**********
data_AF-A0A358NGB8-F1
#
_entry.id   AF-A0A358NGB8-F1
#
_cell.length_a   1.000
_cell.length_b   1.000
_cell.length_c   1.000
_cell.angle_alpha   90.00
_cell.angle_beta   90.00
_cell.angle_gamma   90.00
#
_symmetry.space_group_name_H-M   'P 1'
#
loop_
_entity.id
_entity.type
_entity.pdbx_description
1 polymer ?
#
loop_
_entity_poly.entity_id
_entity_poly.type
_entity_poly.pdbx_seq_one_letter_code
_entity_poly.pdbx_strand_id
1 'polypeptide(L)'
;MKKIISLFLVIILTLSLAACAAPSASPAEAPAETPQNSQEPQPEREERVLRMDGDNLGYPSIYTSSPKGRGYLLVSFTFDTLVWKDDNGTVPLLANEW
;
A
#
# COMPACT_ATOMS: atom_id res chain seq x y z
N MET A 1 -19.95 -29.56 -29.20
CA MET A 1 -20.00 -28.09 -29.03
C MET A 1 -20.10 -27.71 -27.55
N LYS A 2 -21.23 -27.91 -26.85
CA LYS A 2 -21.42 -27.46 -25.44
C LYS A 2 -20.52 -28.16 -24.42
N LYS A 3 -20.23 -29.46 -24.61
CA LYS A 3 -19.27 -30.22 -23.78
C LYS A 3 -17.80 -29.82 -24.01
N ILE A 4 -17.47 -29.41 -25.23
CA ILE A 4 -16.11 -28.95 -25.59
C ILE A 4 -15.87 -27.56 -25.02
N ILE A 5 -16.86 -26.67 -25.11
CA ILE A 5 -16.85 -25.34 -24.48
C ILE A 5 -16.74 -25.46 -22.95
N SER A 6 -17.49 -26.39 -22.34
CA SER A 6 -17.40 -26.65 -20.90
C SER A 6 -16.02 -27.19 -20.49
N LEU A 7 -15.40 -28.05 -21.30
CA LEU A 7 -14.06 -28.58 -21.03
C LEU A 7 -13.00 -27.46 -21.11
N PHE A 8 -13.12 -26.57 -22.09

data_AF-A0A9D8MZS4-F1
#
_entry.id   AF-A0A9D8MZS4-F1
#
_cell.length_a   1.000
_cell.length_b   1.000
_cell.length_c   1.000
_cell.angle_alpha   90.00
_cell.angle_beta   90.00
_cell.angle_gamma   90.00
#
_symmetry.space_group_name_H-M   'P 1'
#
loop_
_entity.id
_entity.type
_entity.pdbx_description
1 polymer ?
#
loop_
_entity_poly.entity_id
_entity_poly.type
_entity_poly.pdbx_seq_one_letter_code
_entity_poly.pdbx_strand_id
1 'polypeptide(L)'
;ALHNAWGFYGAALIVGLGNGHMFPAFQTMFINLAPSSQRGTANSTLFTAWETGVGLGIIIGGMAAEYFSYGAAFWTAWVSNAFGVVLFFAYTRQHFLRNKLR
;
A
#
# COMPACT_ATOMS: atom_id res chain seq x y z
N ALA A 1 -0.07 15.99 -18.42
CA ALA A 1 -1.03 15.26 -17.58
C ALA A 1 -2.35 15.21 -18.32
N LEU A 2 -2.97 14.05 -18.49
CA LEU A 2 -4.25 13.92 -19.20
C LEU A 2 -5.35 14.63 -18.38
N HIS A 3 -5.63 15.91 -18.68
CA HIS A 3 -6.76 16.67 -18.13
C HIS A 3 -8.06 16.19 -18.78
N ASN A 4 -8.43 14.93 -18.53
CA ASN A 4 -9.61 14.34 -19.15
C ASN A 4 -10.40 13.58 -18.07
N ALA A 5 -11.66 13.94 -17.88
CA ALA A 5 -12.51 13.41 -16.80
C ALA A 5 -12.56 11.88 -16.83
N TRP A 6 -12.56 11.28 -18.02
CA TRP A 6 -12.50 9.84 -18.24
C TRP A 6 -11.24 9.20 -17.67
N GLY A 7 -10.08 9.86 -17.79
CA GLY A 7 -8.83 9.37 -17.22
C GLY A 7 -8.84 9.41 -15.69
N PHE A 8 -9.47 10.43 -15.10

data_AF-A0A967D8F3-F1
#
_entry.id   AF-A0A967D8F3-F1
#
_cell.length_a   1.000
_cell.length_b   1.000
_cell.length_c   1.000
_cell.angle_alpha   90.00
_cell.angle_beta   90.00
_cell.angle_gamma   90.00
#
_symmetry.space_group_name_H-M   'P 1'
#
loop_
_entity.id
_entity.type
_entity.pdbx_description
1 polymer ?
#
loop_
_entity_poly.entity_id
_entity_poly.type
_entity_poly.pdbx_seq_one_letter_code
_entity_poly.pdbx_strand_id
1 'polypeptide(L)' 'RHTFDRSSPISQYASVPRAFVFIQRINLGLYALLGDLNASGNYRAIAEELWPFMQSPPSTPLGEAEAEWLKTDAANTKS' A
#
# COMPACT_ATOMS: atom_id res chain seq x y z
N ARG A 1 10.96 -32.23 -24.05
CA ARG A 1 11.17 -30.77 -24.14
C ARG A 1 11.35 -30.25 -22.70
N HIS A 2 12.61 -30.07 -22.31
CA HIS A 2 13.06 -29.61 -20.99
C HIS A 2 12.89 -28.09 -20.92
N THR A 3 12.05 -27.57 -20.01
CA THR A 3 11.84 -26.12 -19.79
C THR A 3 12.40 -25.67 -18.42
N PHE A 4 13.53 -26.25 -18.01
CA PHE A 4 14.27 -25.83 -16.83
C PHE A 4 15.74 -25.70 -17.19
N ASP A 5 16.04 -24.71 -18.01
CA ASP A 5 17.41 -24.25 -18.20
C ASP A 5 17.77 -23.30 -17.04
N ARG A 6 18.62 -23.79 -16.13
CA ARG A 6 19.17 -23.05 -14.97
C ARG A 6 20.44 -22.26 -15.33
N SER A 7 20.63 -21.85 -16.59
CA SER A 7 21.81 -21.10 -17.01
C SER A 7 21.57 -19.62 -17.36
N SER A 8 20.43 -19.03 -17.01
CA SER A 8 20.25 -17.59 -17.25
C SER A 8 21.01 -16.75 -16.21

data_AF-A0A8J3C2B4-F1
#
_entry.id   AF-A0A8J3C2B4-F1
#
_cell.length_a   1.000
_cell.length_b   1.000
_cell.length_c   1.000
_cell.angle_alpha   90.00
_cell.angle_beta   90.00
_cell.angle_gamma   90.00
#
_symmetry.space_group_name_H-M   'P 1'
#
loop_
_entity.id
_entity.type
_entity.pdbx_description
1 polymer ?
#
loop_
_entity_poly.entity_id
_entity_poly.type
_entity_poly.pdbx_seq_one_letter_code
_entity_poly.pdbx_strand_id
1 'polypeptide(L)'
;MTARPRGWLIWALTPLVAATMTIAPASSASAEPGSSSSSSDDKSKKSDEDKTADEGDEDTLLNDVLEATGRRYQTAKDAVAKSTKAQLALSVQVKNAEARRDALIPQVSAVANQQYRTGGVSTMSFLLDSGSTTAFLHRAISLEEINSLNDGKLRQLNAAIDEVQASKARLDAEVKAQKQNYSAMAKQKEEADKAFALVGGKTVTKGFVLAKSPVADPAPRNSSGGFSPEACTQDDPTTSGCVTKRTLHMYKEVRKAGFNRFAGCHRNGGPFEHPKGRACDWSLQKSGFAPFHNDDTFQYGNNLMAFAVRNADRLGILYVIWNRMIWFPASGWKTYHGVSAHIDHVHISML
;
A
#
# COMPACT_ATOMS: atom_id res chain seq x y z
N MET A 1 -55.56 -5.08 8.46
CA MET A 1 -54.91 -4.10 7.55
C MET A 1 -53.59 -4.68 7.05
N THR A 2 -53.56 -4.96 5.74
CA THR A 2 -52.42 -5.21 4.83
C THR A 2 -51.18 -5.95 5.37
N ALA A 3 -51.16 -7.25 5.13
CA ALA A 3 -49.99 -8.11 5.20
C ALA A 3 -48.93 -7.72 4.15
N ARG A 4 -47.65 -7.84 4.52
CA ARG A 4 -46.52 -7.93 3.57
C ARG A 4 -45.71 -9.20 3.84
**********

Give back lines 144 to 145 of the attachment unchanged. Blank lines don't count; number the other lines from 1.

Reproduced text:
N ASP A 5 16.04 -24.71 -18.01
CA ASP A 5 17.41 -24.25 -18.20